A 28-year-old doctor died in Kenya of the coronavirus on Monday after having gone without a salary for five months.
He left almost $13,500 in unpaid medical bills to his five-month-old baby and recent wife, as he did not have medical insurance.
Dr Stephen Mogusu caught the deadly virus while working in Machakos County, about an hour’s drive from Kenya’s capital, but had to be transferred to the capital city Nairobi where there were available beds. The eastern county had already met its quota of 300 beds per county for Covid-19 cases.
His sister believes that if her brother had access to personal protective equipment (PPE) he would still be alive.
The young doctor’s death has sparked outrage in Kenya as angry citizens accuse the government of failing to protect the men and women who are fighting Covid-19 on the frontline.
Around 23,000 nurses and healthcare workers began a nationwide strike on Monday demanding that the government pays better wages, provides adequate insurance and expands the distribution of PPEs.
There have since been reports that patients in a number of hospitals have gone without the healthcare they need.
Doctors had also threatened to strike, though the industrial action was delayed at the last minute to give parliament time to discuss and address the issue.
Protesters are demanding that the government makes around $4.5m available for insurance to fill the gaps in the National Hospital Insurance Fund (NHIF), a public insurance scheme that aims to provide affordable healthcare.
Most medical insurance in Kenya is private and extremely expensive. Less than 20% of individual Kenyans reported having some form of insurance coverage, while 89% of those insured were covered under the state health insurance scheme, the NHIF, according to the Ministry of Health.
They have also called for personal protective equipment (PPEs) to be distributed to all public health institutions and for patients not to be charged for the life-saving gear.
So far, the government has refused to budge.
Opposition figure Raila Odinga condemned the strike saying “this is not the time to hold the government to ransom” and used the dampened economy – which has seen a 1% contraction in GDP growth – as a measure of the crisis.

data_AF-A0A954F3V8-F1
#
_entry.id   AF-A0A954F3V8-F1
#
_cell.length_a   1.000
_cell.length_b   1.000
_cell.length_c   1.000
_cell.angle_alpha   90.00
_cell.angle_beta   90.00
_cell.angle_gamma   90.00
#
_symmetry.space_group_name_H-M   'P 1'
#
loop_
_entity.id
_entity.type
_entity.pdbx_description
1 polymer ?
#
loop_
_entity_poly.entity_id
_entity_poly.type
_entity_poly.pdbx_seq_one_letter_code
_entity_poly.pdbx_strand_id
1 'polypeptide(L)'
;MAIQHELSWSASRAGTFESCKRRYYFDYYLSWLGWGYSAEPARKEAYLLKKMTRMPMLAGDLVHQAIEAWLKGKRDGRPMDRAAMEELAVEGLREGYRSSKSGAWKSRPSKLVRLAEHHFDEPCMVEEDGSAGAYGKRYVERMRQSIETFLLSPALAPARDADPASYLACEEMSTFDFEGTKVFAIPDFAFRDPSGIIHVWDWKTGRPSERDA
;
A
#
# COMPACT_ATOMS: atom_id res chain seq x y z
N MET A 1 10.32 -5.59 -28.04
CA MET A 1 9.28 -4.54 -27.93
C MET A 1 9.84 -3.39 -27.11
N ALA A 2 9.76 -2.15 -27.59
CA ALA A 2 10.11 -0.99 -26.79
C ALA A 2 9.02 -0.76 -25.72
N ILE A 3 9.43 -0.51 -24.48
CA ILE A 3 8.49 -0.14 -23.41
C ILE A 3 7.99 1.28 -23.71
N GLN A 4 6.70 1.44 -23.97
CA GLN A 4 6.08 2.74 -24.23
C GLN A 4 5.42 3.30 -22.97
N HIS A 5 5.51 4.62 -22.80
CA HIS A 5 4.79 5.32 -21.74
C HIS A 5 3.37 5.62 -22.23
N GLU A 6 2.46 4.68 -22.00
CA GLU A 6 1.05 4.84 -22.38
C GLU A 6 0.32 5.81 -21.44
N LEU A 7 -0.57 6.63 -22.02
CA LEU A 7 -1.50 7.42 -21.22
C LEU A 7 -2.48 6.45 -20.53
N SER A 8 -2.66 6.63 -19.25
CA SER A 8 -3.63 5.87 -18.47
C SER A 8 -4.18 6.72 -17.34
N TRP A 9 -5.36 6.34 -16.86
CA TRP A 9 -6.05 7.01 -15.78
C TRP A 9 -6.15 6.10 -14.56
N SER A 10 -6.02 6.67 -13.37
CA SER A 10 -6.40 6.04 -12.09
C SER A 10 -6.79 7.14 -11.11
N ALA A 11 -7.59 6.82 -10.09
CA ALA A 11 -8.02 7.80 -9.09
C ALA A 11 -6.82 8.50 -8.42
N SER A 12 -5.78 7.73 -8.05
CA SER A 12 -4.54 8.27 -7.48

However, Kenya is by no means a poor country.
Certainly, there are pockets of extreme poverty but the government and its politicians are extraordinarily wealthy.
Most lawmakers get paid more in Kenya than their counterparts in other more developed countries.
Kenya’s open market, diverse economy and position as the gateway to East Africa has led to decades of steady growth.
Providing basic care for those who are risking their lives fighting the pandemic should be a no-brainer.
Kenya’s government has officially increased the budget allocation to the health sector by 10.3% during the pandemic, but many of those on strike say the extra money has been siphoned off to corruption.
Around $24.2m (KES2.7bn) is also earmarked for Kenya’s emergency response, for testing and treatment, according to Development Initiatives research. But there is still a $854m budget shortfall to deal with the pandemic.
Many Kenyans look at the extraordinary sums of money that have already been injected into Kenya by donors and multilateral institutions during Covid-19 and wonder where all the cash has gone.
The IMF pumped $739m of pandemic-related funds into Kenya at the start of the crisis; there are talks for another $2.3bn on the way and between $1bn and $1.5bn from the World Bank.
Where is this money going if not to support Kenya’s healthcare workers?
A vigil was held for Dr Mogusu on Wednesday as his colleagues, friends and family grieved for his needless death.
The ailing doctor’s last words according to a colleague were “bail out when you can because the mistreatment by the government is not worth your life.”
Tom Collins is East Africa correspondent at African Business Magazine, based in Nairobi, Kenya.